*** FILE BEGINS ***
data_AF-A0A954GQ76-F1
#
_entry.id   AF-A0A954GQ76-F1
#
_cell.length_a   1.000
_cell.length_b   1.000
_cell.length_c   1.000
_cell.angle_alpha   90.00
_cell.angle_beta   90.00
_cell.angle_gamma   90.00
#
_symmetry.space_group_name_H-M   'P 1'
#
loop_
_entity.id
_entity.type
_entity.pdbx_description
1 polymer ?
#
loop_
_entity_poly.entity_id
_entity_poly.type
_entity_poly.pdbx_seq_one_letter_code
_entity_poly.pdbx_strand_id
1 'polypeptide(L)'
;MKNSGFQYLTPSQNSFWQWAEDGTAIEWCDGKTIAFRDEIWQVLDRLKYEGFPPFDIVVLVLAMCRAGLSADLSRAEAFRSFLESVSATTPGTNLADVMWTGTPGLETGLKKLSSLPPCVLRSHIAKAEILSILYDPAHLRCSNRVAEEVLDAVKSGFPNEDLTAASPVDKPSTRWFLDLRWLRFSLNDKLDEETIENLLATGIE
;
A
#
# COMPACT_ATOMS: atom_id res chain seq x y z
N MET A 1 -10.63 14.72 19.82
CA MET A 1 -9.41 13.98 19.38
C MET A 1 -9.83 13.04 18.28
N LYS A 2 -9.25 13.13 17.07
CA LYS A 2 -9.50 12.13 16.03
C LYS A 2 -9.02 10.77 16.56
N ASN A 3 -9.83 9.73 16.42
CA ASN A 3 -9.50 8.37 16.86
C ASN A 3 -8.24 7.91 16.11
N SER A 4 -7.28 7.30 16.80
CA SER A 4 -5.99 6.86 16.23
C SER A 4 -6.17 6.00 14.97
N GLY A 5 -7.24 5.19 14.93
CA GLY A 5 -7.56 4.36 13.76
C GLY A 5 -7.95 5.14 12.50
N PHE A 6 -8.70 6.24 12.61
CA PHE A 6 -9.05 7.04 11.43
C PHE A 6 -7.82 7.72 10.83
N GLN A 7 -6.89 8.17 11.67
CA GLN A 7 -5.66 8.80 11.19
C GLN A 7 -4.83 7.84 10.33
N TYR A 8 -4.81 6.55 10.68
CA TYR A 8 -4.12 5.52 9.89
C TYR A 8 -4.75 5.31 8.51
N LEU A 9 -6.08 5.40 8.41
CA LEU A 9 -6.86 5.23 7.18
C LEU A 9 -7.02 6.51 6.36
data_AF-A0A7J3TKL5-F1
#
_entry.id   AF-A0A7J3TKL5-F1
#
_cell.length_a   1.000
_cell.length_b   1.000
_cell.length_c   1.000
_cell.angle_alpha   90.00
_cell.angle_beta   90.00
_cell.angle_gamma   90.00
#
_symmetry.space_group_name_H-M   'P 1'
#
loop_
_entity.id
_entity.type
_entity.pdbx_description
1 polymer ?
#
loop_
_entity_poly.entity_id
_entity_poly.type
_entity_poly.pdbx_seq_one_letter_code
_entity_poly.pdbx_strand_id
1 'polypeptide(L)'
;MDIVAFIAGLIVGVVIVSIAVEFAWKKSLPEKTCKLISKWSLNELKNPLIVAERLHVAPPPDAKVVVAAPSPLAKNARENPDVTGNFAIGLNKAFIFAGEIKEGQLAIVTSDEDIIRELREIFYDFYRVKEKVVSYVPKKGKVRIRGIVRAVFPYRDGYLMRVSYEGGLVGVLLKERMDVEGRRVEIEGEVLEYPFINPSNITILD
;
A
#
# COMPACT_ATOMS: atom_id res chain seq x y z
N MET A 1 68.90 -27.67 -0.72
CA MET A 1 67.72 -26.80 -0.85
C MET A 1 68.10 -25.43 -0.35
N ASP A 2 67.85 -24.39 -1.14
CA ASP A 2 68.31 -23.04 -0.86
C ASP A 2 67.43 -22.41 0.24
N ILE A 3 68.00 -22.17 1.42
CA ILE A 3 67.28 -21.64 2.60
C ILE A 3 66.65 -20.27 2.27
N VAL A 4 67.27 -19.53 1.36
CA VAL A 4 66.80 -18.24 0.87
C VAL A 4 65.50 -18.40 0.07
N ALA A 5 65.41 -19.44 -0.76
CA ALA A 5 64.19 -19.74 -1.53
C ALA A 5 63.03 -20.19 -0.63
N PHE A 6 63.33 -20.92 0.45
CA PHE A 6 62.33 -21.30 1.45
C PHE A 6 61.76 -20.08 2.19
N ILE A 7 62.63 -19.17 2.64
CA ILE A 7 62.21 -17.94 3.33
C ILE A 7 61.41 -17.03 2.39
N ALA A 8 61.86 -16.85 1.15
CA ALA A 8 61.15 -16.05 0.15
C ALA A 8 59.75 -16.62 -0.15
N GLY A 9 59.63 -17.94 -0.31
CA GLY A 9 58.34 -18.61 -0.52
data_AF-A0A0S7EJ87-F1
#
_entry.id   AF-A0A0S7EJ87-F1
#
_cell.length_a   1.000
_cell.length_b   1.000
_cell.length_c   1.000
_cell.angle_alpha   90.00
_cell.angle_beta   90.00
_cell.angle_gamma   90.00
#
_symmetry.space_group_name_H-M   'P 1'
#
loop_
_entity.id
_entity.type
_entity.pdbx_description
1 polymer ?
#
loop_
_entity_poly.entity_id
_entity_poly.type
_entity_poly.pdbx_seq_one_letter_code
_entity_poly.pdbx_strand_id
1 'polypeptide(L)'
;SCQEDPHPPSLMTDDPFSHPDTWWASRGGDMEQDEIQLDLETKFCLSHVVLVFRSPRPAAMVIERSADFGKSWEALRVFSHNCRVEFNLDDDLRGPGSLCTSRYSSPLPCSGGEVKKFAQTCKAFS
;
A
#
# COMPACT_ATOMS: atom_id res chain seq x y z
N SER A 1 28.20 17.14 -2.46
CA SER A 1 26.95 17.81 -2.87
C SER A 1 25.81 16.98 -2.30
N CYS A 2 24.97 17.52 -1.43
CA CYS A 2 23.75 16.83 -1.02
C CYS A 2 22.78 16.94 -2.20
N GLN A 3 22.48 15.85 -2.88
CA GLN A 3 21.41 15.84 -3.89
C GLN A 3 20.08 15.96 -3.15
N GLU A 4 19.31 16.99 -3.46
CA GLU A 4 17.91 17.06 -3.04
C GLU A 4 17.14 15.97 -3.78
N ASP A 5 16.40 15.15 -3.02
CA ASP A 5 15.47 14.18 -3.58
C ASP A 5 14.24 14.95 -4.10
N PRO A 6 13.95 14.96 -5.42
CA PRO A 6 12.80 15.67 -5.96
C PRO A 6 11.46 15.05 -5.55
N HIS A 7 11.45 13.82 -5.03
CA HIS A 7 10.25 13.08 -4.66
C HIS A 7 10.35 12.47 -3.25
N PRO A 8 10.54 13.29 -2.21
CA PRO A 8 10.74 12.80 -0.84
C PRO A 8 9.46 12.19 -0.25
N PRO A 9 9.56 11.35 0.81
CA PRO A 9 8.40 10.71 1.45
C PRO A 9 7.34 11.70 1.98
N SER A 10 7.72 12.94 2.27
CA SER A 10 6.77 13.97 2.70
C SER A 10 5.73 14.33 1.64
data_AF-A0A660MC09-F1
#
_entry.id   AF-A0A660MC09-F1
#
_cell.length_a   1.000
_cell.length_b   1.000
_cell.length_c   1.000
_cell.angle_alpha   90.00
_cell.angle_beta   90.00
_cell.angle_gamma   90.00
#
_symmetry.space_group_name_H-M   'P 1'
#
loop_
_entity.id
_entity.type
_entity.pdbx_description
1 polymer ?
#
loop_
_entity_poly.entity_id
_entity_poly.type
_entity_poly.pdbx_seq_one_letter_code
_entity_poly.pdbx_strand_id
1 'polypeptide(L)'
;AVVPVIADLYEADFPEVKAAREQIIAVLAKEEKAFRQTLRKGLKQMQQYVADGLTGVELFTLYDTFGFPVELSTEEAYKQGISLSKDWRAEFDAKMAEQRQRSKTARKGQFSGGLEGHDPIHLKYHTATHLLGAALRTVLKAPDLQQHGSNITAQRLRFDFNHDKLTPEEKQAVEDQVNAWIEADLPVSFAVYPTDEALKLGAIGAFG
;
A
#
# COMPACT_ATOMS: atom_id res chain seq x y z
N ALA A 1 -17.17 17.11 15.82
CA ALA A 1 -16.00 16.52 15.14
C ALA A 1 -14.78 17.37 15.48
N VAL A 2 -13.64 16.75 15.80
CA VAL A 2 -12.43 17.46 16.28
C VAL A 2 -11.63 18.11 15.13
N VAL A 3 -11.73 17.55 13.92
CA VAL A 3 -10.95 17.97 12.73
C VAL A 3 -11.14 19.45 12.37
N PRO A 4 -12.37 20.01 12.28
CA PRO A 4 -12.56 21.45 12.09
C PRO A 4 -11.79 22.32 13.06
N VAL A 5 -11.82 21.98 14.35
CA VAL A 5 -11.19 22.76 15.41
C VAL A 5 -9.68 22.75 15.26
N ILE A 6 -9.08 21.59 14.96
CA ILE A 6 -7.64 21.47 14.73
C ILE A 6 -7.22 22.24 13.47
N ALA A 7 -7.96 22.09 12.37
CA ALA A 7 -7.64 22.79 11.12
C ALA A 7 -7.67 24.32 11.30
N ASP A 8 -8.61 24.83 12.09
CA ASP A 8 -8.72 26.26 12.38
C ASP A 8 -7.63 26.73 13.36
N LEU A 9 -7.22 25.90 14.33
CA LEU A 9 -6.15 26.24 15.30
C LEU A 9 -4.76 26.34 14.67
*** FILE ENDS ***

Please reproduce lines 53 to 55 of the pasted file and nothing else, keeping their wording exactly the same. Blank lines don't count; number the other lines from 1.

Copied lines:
CA TYR A 8 -4.12 5.52 9.89
C TYR A 8 -4.75 5.31 8.51
N LEU A 9 -6.08 5.40 8.41